1. Cleaning Hardwood Floors

A good-quality hardwood floor cleaner applied weekly with a microfiber mop coupled with regular sweeping with a multi-surface vacuum, such as the Miele vacuum cleaner, makes for a good foundation for your hardwood maintenance program. Be sure to only apply cleaners to your floor that are safe for your specific wood type and finish and vacuum up any loose debris that could grind into the floor and scratch the finish. Because standing water can be detrimental to hardwood, always wipe up spills immediately and do not let liquid accumulate on the floor.

2. Fixing Scratches and Dents

Did you know that you can actually fix some hardwood scratches, even the deep ones, without performing a full re-sand and refinish? There are several products on the market, called wood fillers, designed specifically for filling in deep hardwood scratches and dents. Have one of these on hand for the occasional deep scratch fix. If things are too far gone for this approach, you can always have your floors refinished.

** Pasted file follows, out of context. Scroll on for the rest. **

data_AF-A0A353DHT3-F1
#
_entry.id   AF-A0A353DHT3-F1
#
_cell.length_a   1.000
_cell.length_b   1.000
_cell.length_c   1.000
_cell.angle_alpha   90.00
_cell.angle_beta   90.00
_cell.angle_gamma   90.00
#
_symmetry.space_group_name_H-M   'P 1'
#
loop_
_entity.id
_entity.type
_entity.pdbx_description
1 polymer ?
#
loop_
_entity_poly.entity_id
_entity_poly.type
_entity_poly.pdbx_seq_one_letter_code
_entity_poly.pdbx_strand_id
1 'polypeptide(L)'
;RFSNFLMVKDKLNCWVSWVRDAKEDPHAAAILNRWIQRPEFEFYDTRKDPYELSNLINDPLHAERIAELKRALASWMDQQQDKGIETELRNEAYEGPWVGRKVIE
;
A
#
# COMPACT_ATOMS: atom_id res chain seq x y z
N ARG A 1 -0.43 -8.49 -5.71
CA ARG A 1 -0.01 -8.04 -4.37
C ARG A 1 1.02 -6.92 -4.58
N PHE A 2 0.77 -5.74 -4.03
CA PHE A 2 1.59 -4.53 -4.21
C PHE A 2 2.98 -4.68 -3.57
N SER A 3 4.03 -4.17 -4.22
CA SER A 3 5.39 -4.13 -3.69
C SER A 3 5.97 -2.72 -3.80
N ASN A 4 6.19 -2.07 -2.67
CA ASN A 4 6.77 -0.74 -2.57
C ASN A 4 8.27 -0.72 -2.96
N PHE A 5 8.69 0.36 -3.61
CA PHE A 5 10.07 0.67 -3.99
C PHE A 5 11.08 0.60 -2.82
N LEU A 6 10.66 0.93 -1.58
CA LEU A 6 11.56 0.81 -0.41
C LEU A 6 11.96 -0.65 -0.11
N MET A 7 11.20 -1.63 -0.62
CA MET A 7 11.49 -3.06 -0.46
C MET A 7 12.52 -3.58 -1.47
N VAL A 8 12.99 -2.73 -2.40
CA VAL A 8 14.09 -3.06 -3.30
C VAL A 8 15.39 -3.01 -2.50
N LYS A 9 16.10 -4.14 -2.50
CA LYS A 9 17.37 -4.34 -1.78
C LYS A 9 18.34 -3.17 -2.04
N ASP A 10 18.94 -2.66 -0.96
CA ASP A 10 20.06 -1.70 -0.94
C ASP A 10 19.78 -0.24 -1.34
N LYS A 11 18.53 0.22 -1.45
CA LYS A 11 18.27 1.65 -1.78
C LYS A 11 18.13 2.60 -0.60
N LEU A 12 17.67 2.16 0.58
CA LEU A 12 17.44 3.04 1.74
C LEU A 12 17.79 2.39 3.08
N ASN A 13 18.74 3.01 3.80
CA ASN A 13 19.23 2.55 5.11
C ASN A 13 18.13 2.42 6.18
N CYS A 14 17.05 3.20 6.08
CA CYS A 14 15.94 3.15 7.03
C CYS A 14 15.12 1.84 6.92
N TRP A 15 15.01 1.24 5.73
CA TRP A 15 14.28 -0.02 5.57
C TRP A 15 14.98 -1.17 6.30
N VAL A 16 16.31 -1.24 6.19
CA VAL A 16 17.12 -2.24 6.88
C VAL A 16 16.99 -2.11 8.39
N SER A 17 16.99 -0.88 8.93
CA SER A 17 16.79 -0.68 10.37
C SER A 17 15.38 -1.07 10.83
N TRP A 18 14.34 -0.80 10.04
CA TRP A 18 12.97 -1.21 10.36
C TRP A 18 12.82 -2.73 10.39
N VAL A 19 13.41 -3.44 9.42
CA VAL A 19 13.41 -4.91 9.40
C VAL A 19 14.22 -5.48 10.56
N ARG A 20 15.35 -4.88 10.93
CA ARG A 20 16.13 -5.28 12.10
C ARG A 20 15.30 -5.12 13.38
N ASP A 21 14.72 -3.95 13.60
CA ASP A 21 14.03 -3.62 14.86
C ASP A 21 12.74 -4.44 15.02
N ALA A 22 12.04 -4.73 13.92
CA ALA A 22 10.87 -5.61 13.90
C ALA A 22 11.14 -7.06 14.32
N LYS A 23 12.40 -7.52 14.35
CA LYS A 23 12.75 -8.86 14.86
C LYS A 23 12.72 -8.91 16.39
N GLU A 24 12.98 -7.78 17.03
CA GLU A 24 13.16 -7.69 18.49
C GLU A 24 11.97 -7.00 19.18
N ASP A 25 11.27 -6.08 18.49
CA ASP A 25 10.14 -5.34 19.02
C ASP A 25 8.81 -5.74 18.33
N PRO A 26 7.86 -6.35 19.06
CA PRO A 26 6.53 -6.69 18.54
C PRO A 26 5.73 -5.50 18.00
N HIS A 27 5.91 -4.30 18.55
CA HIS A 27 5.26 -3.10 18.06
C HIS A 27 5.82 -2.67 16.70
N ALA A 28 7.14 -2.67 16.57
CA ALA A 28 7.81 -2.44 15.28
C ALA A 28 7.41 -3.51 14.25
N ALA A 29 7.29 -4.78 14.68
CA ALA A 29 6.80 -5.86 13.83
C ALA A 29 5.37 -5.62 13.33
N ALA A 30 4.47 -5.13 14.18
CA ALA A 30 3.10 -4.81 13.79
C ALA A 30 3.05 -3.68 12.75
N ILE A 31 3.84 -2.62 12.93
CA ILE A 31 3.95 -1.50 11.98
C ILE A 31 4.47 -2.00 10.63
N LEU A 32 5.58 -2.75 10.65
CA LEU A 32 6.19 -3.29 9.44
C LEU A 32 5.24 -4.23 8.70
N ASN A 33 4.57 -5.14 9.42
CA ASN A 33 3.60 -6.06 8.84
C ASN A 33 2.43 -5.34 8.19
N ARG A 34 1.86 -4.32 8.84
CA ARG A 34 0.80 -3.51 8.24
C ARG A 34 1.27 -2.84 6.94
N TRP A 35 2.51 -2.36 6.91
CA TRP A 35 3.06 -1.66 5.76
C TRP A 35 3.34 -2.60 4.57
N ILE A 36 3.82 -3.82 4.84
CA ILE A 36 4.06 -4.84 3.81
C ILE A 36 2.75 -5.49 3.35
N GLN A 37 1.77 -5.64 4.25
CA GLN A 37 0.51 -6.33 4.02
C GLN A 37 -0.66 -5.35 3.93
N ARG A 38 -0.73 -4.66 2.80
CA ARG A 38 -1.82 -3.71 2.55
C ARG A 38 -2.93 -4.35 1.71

3. Restoring Luster

One of the downfalls of hardwood compared to other types of flooring is that it will lose its luster over time. If you prefer the high- or medium-gloss finish, you may have to refinish your floors occasionally—the wood might last almost forever, but the finish does not. With that being said, you can prevent your floors from losing their luster, and revitalize them to a certain degree, with shine-boosting products and polishes. Sometimes floors become dull because cleaners and waxes accumulate, so you may need to use a wax remover to see a significant improvement.